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Tennessee's Roster is Heavy on the Defense, Decimated on Offense | SEC 2013

Most of the offensive firepower that gave Tennessee what success it did have in 2012 is now gone. Can the defense or the running game step up to take its place?


Normally, seventeen returning starters is a pretty solid number for any team on a 26-man team (counting the specialists, as the Tennessee official numbers do). The problem that the Volunteers have this year is that the half of the team that was pretty good last year isn't where most of returning starters can be found, and those players that will come back for the 2013 season were on the half of the team that arguably got Derek Dooley fired.

Only five starters return to the offense that churned out 5,711 yards and 434 points last season. Four of those are offensive linemen -- which is nice, but a lot nicer if at least a few of the skill players return -- and the other is Rajion Neal. (Marlin Lane is not listed as a returning starter in Tennessee's spring guide, but is still listed as a returning letterman.) The intriguing possibility that raises is that Tennessee's defense could improve enough to pass the regressing Tennessee offense -- or that if the offense puts it together quickly, that the Vols could surprise to the upside.

As you might imagine with all the offensive losses, the most important player who comes back is likely on the defensive side of the ball. Johnson was one of the best linebackers in the SEC last season -- and Tennessee is hoping he can be even better this year. That might be difficult from a purely statistical standpoint -- Johnson had 138 tackles, 8.5 of those for losses, in 2012. (He also rushed for six touchdowns on offense, but that's neither here nor there right now.) But Johnson had a single sack, and will end up in the important middle linebacker position as the Vols transition back to the 4-3 defense. If Tennessee is going to improve significantly on the defensive side of the ball -- and they will have to in order to have a successful season -- then Johnson will be a big part of that.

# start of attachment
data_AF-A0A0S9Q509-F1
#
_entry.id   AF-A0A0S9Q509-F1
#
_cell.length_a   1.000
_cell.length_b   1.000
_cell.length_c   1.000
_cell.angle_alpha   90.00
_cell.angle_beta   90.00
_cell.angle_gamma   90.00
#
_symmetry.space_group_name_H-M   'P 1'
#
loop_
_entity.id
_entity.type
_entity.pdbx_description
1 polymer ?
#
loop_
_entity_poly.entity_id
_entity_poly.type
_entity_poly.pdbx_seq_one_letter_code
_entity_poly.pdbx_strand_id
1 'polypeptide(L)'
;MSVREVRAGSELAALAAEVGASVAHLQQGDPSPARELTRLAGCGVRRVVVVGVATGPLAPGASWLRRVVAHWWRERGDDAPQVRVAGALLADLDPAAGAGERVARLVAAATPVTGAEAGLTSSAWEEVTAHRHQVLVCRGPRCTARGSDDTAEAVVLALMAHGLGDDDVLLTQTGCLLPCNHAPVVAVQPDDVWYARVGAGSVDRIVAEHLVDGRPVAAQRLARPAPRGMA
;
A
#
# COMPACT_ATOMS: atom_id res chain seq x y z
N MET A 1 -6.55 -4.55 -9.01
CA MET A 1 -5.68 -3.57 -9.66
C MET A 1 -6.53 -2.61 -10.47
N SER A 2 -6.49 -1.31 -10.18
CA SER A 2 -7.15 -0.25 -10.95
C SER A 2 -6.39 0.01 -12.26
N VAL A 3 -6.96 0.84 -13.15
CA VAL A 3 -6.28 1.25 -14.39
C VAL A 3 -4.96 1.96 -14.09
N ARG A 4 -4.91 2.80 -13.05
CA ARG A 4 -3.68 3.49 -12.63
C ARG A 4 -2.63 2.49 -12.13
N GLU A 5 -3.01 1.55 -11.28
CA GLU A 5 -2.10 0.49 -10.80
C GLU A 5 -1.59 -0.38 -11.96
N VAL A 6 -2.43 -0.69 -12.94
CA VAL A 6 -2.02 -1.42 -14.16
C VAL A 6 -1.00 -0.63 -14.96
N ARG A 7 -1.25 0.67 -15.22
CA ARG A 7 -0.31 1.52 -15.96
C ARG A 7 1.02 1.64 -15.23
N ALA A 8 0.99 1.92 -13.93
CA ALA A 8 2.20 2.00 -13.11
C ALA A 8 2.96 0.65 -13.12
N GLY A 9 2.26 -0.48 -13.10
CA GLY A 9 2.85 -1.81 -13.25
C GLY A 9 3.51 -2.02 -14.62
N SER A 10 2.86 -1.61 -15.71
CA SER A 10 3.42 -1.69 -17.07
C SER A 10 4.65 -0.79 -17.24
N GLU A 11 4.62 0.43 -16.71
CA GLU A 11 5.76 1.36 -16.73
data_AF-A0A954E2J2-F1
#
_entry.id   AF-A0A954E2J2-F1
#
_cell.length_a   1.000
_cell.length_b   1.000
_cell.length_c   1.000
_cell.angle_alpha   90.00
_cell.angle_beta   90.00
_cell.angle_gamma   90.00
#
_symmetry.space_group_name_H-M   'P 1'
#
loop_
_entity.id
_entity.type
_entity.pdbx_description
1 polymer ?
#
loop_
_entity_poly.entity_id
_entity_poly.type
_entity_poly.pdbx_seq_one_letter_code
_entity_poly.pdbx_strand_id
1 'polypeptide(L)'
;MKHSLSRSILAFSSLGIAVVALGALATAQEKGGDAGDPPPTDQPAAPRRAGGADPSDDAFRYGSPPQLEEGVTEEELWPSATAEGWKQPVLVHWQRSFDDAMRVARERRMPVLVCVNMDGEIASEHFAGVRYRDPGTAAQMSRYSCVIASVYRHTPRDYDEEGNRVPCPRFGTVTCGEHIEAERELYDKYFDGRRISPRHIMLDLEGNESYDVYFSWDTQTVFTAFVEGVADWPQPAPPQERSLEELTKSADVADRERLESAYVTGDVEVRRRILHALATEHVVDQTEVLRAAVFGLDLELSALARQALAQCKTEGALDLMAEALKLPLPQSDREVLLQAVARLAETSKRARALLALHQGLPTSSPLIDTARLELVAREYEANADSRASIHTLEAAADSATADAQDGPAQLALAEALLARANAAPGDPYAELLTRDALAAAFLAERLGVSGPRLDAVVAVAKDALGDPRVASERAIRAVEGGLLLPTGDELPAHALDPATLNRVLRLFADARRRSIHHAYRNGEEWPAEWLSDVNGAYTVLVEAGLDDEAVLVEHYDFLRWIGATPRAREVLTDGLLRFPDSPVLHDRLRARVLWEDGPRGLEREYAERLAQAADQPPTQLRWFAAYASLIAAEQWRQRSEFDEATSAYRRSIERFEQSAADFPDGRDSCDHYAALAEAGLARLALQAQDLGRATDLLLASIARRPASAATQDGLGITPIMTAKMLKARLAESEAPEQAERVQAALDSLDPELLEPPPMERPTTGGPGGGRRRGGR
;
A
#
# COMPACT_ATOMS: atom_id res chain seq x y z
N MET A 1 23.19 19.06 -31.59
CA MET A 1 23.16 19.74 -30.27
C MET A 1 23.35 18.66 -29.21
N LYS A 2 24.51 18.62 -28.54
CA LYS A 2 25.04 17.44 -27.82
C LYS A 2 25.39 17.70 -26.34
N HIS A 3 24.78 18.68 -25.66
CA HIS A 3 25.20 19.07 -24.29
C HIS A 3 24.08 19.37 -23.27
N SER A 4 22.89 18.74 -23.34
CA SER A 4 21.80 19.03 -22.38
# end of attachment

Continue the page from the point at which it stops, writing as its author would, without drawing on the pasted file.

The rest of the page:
BIGGEST LOSS | The passing game
I can't recall the last time an offense in the SEC was so thoroughly decimated in one season -- though Arkansas comes close over the last two. The top four wide receivers and the only quarterback who attempted more than 23 passes in 2012 are gone. That's not a small matter for a team that got nearly two thirds of its offense in 2012 through the air. Justin Worley, who had the second-most pass attempts last season behind Tyler Bray, threw for fewer yards per completion than the top four receivers had yards per catch. With those sorts of numbers, it's hard to isolate which loss will hurt Tennessee the most this year. In fact, you could make the argument that the Vols' offense could have moved forward if one or even two of these players had left -- but with all five gone, it's going to be almost impossible to not skip a beat.

There are two things that have conspired to increase Neal's potential to be the biggest turnaround on the field for Tennessee this season. The first is the disappearance of the passing game, and the likelihood that the coaching staff is going to feel more comfortable leaning on the running game, at least for the first few weeks of the season. The second is that Neal might get more carries given the still-unsure footing of Marlin Lane with the coaching staff, though Lane appears to be on the road to getting back in Butch Jones' good graces. Lane had better numbers last year on average -- he gained an average of a yard more per carry -- but the question is whether he can regain the coaches' trust. And if he can't, Neal could end up as the man for the Vols' offense.